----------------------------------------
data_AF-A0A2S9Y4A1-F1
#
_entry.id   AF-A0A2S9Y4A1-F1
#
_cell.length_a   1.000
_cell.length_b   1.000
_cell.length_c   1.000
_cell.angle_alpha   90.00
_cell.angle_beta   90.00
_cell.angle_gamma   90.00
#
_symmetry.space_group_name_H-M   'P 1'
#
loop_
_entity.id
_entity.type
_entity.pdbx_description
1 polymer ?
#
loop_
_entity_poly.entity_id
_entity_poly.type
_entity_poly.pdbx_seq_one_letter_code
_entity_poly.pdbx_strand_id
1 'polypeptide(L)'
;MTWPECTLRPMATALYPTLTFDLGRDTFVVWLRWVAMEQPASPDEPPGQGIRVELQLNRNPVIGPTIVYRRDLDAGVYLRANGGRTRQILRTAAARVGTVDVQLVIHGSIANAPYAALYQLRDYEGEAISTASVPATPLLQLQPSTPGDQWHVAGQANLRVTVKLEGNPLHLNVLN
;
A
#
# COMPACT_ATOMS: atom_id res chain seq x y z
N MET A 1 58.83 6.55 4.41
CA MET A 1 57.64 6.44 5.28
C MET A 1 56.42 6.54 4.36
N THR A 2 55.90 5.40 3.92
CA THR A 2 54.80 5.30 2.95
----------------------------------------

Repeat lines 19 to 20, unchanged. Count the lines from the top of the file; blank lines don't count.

#
loop_